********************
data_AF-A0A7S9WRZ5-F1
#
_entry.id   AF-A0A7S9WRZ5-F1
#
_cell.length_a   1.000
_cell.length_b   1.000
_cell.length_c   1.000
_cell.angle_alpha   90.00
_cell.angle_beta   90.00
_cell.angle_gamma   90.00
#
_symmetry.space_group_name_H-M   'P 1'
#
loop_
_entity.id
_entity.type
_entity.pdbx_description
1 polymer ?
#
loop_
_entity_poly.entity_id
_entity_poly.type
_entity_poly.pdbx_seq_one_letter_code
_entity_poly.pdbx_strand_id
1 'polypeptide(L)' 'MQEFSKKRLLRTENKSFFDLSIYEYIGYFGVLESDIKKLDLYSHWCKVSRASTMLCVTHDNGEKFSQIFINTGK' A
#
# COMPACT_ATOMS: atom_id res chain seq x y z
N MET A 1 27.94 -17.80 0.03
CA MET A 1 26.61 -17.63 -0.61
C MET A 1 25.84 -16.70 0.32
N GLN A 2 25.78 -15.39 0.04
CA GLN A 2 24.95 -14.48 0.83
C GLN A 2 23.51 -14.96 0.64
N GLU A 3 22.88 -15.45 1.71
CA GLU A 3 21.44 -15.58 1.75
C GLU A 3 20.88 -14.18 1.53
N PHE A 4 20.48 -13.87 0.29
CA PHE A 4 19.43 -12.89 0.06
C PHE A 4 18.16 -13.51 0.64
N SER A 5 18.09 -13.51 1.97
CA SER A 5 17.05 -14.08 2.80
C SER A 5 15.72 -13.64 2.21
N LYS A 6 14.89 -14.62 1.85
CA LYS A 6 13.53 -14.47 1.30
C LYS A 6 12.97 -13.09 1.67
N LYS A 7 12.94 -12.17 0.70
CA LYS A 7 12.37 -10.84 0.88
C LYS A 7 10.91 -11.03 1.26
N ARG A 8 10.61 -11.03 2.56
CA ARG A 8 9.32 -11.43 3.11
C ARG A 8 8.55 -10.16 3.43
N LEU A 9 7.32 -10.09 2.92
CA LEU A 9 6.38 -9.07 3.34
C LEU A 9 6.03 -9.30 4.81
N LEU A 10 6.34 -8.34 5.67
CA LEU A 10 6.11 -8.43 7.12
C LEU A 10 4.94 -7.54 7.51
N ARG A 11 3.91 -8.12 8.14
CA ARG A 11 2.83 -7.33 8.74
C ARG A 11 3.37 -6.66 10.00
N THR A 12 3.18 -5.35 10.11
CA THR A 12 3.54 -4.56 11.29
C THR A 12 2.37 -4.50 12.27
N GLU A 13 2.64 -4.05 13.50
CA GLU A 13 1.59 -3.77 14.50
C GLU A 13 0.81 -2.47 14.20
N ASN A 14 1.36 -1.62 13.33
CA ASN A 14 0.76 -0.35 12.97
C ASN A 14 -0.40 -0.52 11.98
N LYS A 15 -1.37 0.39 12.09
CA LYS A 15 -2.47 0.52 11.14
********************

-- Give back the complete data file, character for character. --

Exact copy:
data_AF-A0A7S9WRZ5-F1
#
_entry.id   AF-A0A7S9WRZ5-F1
#
_cell.length_a   1.000
_cell.length_b   1.000
_cell.length_c   1.000
_cell.angle_alpha   90.00
_cell.angle_beta   90.00
_cell.angle_gamma   90.00
#
_symmetry.space_group_name_H-M   'P 1'
#
loop_
_entity.id
_entity.type
_entity.pdbx_description
1 polymer ?
#
loop_
_entity_poly.entity_id
_entity_poly.type
_entity_poly.pdbx_seq_one_letter_code
_entity_poly.pdbx_strand_id
1 'polypeptide(L)' 'MQEFSKKRLLRTENKSFFDLSIYEYIGYFGVLESDIKKLDLYSHWCKVSRASTMLCVTHDNGEKFSQIFINTGK' A
#
# COMPACT_ATOMS: atom_id res chain seq x y z
N MET A 1 27.94 -17.80 0.03
CA MET A 1 26.61 -17.63 -0.61
C MET A 1 25.84 -16.70 0.32
N GLN A 2 25.78 -15.39 0.04
CA GLN A 2 24.95 -14.48 0.83
C GLN A 2 23.51 -14.96 0.64
N GLU A 3 22.88 -15.45 1.71
CA GLU A 3 21.44 -15.58 1.75
C GLU A 3 20.88 -14.18 1.53
N PHE A 4 20.48 -13.87 0.29
CA PHE A 4 19.43 -12.89 0.06
C PHE A 4 18.16 -13.51 0.64
N SER A 5 18.09 -13.51 1.97
CA SER A 5 17.05 -14.08 2.80
C SER A 5 15.72 -13.64 2.21
N LYS A 6 14.89 -14.62 1.85
CA LYS A 6 13.53 -14.47 1.30
C LYS A 6 12.97 -13.09 1.67
N LYS A 7 12.94 -12.17 0.70
CA LYS A 7 12.37 -10.84 0.88
C LYS A 7 10.91 -11.03 1.26
N ARG A 8 10.61 -11.03 2.56
CA ARG A 8 9.32 -11.43 3.11
C ARG A 8 8.55 -10.16 3.43
N LEU A 9 7.32 -10.09 2.92
CA LEU A 9 6.38 -9.07 3.34
C LEU A 9 6.03 -9.30 4.81
N LEU A 10 6.34 -8.34 5.67
CA LEU A 10 6.11 -8.43 7.12
C LEU A 10 4.94 -7.54 7.51
N ARG A 11 3.91 -8.12 8.14
CA ARG A 11 2.83 -7.33 8.74
C ARG A 11 3.37 -6.66 10.00
N THR A 12 3.18 -5.35 10.11
CA THR A 12 3.54 -4.56 11.29
C THR A 12 2.37 -4.50 12.27
N GLU A 13 2.64 -4.05 13.50
CA GLU A 13 1.59 -3.77 14.50
C GLU A 13 0.81 -2.47 14.20
N ASN A 14 1.36 -1.62 13.33
CA ASN A 14 0.76 -0.35 12.97
C ASN A 14 -0.40 -0.52 11.98
N LYS A 15 -1.37 0.39 12.09
CA LYS A 15 -2.47 0.52 11.14